Thursday 13 December 2018

43 killed as airstrike in Yemen hits school bus

A Yemeni child receives treatment at a hospital after being wounded in a reported airstrike on the Iran-backed Huthi rebels’ stronghold province of Saada. Photo: AFP/Getty Images
A Yemeni child receives treatment at a hospital after being wounded in a reported airstrike on the Iran-backed Huthi rebels’ stronghold province of Saada. Photo: AFP/Getty Images

Josie Ensor

A Saudi-led coalition airstrike hit a bus carrying children in rebel-held northern Yemen yesterday, killing more than 40 and wounding dozens.

The bus had been travelling through a busy market in the Dahyan district in northern Saada at the time of the raid, which the Houthi rebels' health ministry said killed 43 people, 29 of them children.

According to a local Houthi official, the children were on their way to a summer camp.

"Scores killed, even more injured, most under the age of 10," Johannes Bruwer, head of delegation for the International Committee for the Red Cross (ICRC) in Yemen, said in a tweet. ICRC said one of the hospitals it supports was treating the wounded.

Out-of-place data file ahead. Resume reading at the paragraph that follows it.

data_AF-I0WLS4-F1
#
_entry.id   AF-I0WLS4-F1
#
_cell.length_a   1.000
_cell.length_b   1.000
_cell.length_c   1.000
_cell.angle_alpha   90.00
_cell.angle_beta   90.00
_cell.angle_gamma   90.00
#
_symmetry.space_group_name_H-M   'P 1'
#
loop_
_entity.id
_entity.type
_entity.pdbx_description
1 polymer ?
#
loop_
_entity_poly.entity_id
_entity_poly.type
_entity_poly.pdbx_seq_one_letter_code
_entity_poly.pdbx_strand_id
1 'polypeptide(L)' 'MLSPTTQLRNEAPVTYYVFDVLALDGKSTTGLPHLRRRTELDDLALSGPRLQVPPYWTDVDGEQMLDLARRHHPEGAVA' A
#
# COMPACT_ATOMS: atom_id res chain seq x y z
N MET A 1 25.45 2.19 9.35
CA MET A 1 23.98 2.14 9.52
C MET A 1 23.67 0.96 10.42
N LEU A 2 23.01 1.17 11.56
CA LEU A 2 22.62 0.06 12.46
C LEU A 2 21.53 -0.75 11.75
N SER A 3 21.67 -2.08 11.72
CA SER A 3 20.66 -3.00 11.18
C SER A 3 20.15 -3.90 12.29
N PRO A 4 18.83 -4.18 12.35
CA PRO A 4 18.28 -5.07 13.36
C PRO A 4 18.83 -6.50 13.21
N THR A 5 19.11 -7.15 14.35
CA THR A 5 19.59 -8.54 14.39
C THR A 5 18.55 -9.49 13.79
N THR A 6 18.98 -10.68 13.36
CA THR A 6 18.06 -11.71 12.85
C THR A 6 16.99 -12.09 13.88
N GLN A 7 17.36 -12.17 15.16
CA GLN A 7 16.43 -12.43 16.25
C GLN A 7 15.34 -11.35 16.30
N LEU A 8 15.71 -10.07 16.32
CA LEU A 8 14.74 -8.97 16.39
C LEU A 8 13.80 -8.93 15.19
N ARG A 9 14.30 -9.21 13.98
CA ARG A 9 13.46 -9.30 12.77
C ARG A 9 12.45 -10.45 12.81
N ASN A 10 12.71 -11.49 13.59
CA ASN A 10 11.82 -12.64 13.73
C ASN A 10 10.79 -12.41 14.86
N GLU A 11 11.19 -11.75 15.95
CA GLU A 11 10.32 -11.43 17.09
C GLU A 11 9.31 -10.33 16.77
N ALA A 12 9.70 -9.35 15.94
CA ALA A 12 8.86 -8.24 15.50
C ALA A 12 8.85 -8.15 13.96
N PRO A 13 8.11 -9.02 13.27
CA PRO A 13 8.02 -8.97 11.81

Footage from the clinic showed young children, some still wearing their backpacks, bleeding and apparently injured.

"It is high time for these relapsing tragedies to stop in Yemen," said Robert Mardini, the ICRC's regional director.

"No one should allow putting children in harm's way and making them pay such an unacceptable price."

The Houthi rebels control much of northern Yemen, including the capital Sanaa.

The Dahyan district hit yesterday lies close to the border with Saudi Arabia.

In recent weeks, rebels have fired missiles into the neighbouring kingdom, including on Wednesday in an attack which left one dead.

Colonel Turki al-Malki, a spokesman for the Saudi-led coalition, said the attack in Saada targeted the rebels who had fired a missile at the kingdom's south, killing one person and wounding 11 others.

He said the attack was carried out "in accordance with international and humanitarian law and customs".

The coalition intervened in the conflict in 2015 to try to restore the internationally recognised government to power after it was driven out of Sanaa by Shia rebels.

The coalition, which receives logistical support and funding from the US and UK, has been criticised for its indiscriminate bombing on civilian areas.

Yesterday's strike was a relatively high single-day death toll for the war, which has so far claimed the lives of some 10,000 people.

It has been described as the world's worst humanitarian crisis.

Martin Griffiths, the UN special envoy for Yemen, has been pushing to bring the warring parties to restart peace talks. (© Daily Telegraph London)

Telegraph.co.uk

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